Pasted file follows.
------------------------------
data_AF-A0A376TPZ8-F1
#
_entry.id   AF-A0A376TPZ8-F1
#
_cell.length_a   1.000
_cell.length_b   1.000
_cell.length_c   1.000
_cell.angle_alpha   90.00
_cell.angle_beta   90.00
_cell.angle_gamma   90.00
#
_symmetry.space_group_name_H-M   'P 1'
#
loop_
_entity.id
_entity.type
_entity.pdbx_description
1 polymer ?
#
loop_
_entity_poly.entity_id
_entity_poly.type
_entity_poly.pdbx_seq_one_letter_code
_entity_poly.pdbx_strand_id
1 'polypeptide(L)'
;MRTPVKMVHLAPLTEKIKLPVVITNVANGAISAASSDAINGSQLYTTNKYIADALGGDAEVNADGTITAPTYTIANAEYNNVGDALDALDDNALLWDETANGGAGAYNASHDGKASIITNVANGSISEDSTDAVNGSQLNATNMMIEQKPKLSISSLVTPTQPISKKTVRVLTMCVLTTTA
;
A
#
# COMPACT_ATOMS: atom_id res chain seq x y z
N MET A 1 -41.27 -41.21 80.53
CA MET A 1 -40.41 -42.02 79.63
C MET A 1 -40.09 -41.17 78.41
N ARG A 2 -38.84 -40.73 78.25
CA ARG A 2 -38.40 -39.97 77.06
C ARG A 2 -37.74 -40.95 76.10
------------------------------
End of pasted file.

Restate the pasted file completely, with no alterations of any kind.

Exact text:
data_AF-A0A376TPZ8-F1
#
_entry.id   AF-A0A376TPZ8-F1
#
_cell.length_a   1.000
_cell.length_b   1.000
_cell.length_c   1.000
_cell.angle_alpha   90.00
_cell.angle_beta   90.00
_cell.angle_gamma   90.00
#
_symmetry.space_group_name_H-M   'P 1'
#
loop_
_entity.id
_entity.type
_entity.pdbx_description
1 polymer ?
#
loop_
_entity_poly.entity_id
_entity_poly.type
_entity_poly.pdbx_seq_one_letter_code
_entity_poly.pdbx_strand_id
1 'polypeptide(L)'
;MRTPVKMVHLAPLTEKIKLPVVITNVANGAISAASSDAINGSQLYTTNKYIADALGGDAEVNADGTITAPTYTIANAEYNNVGDALDALDDNALLWDETANGGAGAYNASHDGKASIITNVANGSISEDSTDAVNGSQLNATNMMIEQKPKLSISSLVTPTQPISKKTVRVLTMCVLTTTA
;
A
#
# COMPACT_ATOMS: atom_id res chain seq x y z
N MET A 1 -41.27 -41.21 80.53
CA MET A 1 -40.41 -42.02 79.63
C MET A 1 -40.09 -41.17 78.41
N ARG A 2 -38.84 -40.73 78.25
CA ARG A 2 -38.40 -39.97 77.06
C ARG A 2 -37.74 -40.95 76.10